Tuesday, May 7, 2013

Tuesday's Tasty Morsel: Bitter Gourd

I have to chuckle at my very first Tuesday's Tasty Morsel post... because, I've selected bitter gourd a.k.a karawila, which is definitely not usually associated with tasty morsel in the usual sense of the phrase!

But it also happens to be a favorite of mine since moving to Sri Lanka, and I wanted to share some of it's positives (if you hadn't known already).

Useful information

Key ingredient: Bitter Gourd

Other names: African Cucumber, Ampalaya, Balsam Pear, Balsam-Apple, Balsambirne, Balsamine, Balsamo, Bitter Apple, Bitter Cucumber, Bitter Gourd, Bittergurke, Carilla Fruit, Carilla Gourd, Cerasee, Chinli-Chih, Concombre Africain, Courge Amère, Cundeamor,

Appearance: Similar in size to green cucumbers with gourd-like bumps and seeds that are white when unripe, red when ripe

Native: Commonly found in Asian countries and South America

Health benefits: Used for various stomach and intestinal disorders including gastrointestinal (GI) upset, ulcers, colitis, constipation, and intestinal worms. It is also used for diabetes (note - bitter melon contains a chemical that acts like insulin to help reduce blood sugar levels), kidney stones, fever, a skin condition called psoriasis, and liver disease; to start menstruation; and as supportive treatment for people with HIV/AIDS. Topically, bitter melon is used for deep skin infections (abscesses) and wounds.

My favorite recipe - Eva's Karawila Sambal Oelek

Guard this with your life! No. I'm kidding. Up until a few years ago I had never eaten bitter gourd, let alone cooked it. And now, I'm about to impart some of what I've learnt, or should I say, my experiments in the kitchen.  But, there's nothing to fear, this is truly a tasty dish. I've even had people asking me to make this for them. Yes, it's that good!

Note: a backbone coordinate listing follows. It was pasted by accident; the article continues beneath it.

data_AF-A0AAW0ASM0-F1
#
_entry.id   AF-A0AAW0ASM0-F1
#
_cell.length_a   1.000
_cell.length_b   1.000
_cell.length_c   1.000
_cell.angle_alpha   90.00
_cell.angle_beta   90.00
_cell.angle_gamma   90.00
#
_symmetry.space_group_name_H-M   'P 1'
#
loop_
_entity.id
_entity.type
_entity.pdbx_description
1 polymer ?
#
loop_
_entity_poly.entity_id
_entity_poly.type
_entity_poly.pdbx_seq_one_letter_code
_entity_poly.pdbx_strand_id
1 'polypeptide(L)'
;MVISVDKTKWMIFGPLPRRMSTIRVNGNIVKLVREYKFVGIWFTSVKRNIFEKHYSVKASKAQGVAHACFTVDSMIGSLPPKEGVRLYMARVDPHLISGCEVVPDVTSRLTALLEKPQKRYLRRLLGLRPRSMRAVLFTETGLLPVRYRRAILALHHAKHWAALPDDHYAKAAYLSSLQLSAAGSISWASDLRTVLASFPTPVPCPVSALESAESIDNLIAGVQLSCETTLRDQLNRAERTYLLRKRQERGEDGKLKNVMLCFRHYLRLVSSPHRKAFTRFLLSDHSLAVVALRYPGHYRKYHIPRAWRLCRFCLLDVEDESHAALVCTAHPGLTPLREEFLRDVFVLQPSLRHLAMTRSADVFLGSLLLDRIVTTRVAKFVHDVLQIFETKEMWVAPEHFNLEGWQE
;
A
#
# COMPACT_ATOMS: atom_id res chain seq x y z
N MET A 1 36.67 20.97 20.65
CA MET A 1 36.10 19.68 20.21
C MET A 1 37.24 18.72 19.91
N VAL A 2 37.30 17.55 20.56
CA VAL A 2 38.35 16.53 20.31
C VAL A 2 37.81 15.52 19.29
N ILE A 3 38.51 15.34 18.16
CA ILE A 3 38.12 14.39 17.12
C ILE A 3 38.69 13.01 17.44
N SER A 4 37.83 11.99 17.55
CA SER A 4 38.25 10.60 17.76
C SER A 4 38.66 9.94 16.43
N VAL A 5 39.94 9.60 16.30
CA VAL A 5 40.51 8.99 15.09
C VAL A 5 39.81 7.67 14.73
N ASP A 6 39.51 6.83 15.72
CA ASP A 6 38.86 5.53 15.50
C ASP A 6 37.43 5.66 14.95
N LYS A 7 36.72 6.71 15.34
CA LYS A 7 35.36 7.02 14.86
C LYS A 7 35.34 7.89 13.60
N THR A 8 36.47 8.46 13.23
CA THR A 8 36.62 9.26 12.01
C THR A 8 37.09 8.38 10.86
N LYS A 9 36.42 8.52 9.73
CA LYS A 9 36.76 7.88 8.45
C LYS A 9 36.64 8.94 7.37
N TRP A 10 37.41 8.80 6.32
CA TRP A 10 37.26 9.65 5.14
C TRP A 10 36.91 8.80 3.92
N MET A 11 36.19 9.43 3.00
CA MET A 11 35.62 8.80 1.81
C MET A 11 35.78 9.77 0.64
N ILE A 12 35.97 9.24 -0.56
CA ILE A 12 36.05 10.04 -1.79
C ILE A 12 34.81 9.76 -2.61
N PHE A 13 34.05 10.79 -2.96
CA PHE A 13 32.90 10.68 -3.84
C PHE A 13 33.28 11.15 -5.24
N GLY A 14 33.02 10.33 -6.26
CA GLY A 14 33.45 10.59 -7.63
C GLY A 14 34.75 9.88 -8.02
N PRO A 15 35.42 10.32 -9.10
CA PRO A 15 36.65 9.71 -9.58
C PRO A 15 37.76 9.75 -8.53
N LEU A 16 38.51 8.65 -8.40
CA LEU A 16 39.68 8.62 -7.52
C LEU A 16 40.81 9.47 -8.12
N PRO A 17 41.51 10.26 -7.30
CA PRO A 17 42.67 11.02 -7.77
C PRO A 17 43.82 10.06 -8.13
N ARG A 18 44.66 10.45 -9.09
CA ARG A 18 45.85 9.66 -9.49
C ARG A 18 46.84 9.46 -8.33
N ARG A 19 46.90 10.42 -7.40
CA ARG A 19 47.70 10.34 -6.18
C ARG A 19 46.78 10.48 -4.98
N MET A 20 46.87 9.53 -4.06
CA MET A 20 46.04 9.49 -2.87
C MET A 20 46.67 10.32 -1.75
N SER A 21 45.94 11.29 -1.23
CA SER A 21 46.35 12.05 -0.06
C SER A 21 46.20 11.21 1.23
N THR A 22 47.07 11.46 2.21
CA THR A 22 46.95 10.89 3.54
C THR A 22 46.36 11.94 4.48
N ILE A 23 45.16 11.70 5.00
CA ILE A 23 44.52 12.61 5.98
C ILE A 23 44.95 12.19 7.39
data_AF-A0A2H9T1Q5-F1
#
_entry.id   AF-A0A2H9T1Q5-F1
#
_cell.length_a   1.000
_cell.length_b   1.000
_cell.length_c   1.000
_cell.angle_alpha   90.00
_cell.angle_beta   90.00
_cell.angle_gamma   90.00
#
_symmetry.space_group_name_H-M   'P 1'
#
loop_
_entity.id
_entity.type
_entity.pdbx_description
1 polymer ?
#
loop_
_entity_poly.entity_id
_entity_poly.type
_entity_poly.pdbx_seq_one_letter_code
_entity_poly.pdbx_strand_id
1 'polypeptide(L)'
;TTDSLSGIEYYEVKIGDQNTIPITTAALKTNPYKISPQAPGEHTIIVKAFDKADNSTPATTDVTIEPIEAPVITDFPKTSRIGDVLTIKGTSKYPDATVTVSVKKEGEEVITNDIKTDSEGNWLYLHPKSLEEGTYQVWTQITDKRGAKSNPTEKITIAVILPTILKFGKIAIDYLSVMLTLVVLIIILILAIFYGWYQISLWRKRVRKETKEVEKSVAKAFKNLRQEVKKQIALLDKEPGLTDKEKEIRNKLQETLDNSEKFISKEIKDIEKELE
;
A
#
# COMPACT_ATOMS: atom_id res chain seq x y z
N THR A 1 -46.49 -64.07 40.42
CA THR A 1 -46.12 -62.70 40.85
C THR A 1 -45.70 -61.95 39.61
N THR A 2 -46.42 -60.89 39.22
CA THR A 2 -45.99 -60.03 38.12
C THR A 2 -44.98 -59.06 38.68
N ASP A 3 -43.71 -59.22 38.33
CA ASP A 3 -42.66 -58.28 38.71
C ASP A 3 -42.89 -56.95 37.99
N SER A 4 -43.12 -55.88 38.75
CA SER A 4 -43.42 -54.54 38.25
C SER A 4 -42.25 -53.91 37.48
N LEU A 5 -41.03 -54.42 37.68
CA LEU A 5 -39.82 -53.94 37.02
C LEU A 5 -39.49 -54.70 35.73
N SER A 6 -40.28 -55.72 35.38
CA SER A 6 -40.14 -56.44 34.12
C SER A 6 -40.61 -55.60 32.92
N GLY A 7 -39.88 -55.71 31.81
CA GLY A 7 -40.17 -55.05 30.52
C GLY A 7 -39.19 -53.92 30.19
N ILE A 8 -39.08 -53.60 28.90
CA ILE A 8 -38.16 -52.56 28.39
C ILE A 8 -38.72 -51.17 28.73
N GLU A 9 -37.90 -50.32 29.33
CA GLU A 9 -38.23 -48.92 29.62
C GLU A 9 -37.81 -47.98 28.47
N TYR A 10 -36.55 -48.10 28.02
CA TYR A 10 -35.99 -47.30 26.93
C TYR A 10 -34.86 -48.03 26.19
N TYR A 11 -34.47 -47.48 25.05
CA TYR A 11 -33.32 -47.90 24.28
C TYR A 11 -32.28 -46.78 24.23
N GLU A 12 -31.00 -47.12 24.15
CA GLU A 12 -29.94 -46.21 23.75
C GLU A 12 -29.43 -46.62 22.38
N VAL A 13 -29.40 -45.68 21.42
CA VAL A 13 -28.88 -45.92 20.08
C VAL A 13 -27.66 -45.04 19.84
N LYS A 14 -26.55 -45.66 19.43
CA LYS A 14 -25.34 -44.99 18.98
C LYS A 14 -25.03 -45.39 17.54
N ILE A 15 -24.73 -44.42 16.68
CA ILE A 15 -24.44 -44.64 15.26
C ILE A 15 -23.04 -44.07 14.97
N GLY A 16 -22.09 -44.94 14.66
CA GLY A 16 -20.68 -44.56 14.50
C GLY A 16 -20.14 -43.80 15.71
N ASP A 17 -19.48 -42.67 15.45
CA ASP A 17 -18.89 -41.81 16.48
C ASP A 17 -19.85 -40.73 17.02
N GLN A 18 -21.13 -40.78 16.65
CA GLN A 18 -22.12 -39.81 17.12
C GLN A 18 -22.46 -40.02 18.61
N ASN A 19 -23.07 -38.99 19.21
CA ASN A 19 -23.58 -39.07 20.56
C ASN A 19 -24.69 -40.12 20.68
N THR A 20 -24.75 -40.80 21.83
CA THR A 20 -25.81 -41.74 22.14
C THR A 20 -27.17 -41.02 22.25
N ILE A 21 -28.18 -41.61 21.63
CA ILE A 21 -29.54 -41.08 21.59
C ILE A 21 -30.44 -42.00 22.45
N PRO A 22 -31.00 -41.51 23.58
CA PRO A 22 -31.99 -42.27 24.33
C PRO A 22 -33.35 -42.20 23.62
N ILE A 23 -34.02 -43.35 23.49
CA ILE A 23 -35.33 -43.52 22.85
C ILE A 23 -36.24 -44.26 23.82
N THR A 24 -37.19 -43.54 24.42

This recipe makes about 4 servings

  • 1 large bitter gourd (alternatively 2 small bitter gourds)
  • 1 tomato
  • 1 large red onion
  • 3 cloves of garlic 
  • cooking oil (sufficient for light frying)
  • 3 teaspoons salt
  • 1/2 teaspoon pepper
  • 1/2 teaspoon tumeric
  • 1 teaspoon sambal oelek chilli paste (adjust to taste)
  • 1 tablespoon curry leaves
  • 2 tablespoons light soya sauce
  • pinch of lime juice


  1. Slice the bitter gourd into thin pieces and soak in a bowl of water containing tumeric and salt for 10 minutes to remove bitterness. Drain and pat dry. Heat oil and lightly shallow fry bitter gourd until brown (or slightly burnt if you like a deeper flavor). Drain and keep to the side. 
  2. Finely slice onion length ways. Crush garlic. Finely chop tomato into very small pieces. Place onion, garlic and curry leaves into a new frypan with a teaspoon of oil. Add the light soya sauce and lightly saute till brown and smoky. 
  3. Add tomatoes, sambal oelek chilli paste, pepper and a pinch of salt to the onion fry and continue to saute for 3 minutes. Add the bitter gourd and mix delicately. 
  4. Remove from heat and place into serving dish. Add a pinch of lime juice for extra flavor. 

1 comment:

Post a Comment